Road to CSUN, Day One

Yesterday, I set out on what promises to be a very memorable trip, called Road to CSUN. I’m traveling with Roger, who is my driver, videographer and friend. He and I met up with Daniel Hubbell and Gary Moulton from the Microsoft Accessibility Team. We will be traveling for nine days, and will ultimately end up at the CSUN Conference in San Diego, CA. We will be traveling 1500 miles through three states, to both observe accessibility in action and to spread the message of equal access for all. We are trying to raise awareness about accessibility and the power of social networking. We are not promoting a new product, but we may have some information to share when we reach CSUN, so please stay tuned for the latest news.

Some of the key points I am attempting to make are that accessibility and social networking are not new, nor are they difficult. They are things that anyone can do. By incorporating social networking into my travels, I hope to expand the interactivity of the whole experience, and to encourage others to do the same. In that vein, I have been using a wonderful accessible tool, the App. It uses my current location to provide information about nearby hotel deals, sometimes as much as 30, 40, or 50% off!

My aim is to post at the end of each day. However, that may not always happen. By the time we wrap up our day, it is quite late on the East Coast. I will post as soon as I can. I am tweeting regularly, so follow me on Twitter, or search for the #Road2CSUN hashtag for up-to-the-minute news. I am having some difficulty with my mobile internet connection, which should be resolved by tomorrow. In the meantime, please feel free to visit our event or join us in SAMNet Tech Chat. Other Serotek staff will be in and out of the room, and I will be there when I can. I do not feel we have any video to post from the first leg of the journey that is particularly unique, so I encourage you to check out the video being produced by the Microsoft Accessibility Blog team.

The weather so far has been wet, cold, and rainy, and I am fighting hard not to catch a cold that is doing its best to catch me. However, the chilly climate has been no match for the warm receptions we received at the facilities for seniors we visited on our first day of travel.

Yesterday, we left the Microsoft Campus around 9:30 a.m., and made our first stop at SeniorNet in Bellevue, WA, not far from the Microsoft campus. This organization provides peer-to-peer education in computer literacy and access to older adults.

Later, we visited the Tacoma Lutheran Retirement Community. They are very much at the forefront of technology and are building a model home using the Aging in Place concept which implements various adaptive and monitoring technologies to help seniors live as independently as possible in their own homes, for as long as possible. They are also incorporating Microsoft’s Kinect in their physical therapy program, with very positive results. While there, I met a lovely fifteen-year-old girl who was in a serious accident this past December. She is getting therapy, and is progressing. I ask that you remember her and her family, as well as those who are working with her in your prayers.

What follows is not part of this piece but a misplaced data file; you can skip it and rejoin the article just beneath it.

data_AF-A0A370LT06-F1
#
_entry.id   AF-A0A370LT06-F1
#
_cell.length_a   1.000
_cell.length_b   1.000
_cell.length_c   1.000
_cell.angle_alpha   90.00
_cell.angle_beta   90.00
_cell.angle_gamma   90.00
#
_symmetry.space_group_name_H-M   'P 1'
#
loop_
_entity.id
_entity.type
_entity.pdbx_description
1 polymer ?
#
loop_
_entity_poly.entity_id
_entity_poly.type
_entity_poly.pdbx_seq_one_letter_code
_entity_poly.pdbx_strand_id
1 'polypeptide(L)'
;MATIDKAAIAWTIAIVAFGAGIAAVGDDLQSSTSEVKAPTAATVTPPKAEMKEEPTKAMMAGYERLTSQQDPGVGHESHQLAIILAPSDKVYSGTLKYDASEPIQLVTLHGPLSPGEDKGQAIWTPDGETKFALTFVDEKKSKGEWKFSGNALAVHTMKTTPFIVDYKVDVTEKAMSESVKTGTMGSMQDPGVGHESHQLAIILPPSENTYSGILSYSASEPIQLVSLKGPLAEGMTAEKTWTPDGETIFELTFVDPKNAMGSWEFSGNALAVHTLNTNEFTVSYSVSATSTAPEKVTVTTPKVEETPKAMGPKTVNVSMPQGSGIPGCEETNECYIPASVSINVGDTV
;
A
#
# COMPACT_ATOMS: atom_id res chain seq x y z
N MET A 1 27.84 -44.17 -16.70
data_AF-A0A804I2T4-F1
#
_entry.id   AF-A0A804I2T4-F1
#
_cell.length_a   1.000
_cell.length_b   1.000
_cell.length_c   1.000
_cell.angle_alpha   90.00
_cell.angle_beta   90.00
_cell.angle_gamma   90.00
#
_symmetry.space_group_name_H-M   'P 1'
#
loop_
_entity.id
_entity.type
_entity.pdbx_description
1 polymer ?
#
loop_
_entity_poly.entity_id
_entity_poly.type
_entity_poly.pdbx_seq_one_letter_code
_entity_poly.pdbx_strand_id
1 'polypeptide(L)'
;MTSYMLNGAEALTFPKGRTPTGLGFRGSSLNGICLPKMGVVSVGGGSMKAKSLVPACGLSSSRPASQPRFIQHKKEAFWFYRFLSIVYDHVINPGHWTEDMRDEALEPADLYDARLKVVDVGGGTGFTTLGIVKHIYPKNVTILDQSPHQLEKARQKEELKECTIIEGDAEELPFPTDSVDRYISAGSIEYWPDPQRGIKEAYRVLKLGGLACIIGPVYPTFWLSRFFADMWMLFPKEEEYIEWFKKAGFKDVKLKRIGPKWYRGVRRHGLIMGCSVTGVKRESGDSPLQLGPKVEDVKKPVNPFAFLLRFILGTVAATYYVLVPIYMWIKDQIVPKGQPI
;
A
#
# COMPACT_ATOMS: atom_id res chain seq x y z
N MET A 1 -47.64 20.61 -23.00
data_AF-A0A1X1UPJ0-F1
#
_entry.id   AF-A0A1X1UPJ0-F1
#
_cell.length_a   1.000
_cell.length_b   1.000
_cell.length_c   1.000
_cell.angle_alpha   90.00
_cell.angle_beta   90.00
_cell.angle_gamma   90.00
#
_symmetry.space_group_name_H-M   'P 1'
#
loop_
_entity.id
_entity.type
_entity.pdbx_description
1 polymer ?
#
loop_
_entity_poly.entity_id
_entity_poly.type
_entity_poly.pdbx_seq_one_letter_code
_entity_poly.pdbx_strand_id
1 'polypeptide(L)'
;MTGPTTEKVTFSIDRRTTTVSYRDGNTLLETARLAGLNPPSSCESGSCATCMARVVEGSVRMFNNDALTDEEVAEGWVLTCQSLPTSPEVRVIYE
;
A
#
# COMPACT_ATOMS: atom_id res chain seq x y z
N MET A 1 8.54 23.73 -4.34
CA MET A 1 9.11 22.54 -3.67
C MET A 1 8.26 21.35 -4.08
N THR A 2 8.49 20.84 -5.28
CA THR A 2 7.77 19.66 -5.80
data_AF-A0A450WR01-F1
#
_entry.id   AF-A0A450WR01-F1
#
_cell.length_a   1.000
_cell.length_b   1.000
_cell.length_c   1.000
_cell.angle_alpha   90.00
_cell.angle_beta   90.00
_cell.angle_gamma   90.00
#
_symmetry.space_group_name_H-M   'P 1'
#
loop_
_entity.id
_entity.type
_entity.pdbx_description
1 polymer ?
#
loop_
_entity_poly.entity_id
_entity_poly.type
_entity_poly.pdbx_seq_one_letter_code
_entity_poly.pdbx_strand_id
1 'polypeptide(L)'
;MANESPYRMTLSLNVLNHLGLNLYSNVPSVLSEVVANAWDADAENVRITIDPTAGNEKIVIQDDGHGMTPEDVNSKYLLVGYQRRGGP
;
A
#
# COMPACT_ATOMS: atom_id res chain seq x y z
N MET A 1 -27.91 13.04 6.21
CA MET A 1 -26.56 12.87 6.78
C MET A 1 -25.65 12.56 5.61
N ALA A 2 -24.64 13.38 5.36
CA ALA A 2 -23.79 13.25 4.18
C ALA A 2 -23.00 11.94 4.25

It is difficult to describe in a single post all the impressions of this first day. Microsoft is presenting only on accessibility in Windows 7 at the moment. However, I did see the form factor for a Samsung tablet running Windows 8, and I think we will be quite happy with the overall accessibility in the forthcoming OS.

I was happy to see Tim Sniffen, who is the director of the American Lake Blind Rehabilitation Center, and look forward to meeting with a new Serotek reseller, Boundless AT.

I hope you will continue to follow me as we travel on the Road to CSUN.

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One Response to Road to CSUN, Day One

  1. Niral Sheth says:

    With windows 8 being introduced, how will future screen readers work with Microsoft blocking mirror drivers? I would like to also ask that will companies have to comply to the windows store’s scheme as far as its activation process? Will that in return allow us to have our products installed on 5 devices which we can choose at our leasure like apple to which device the software would be installed rather than a rigid approach in which one would have to call certain companies and give a big explanation for just swopping a hardware? Thanks.

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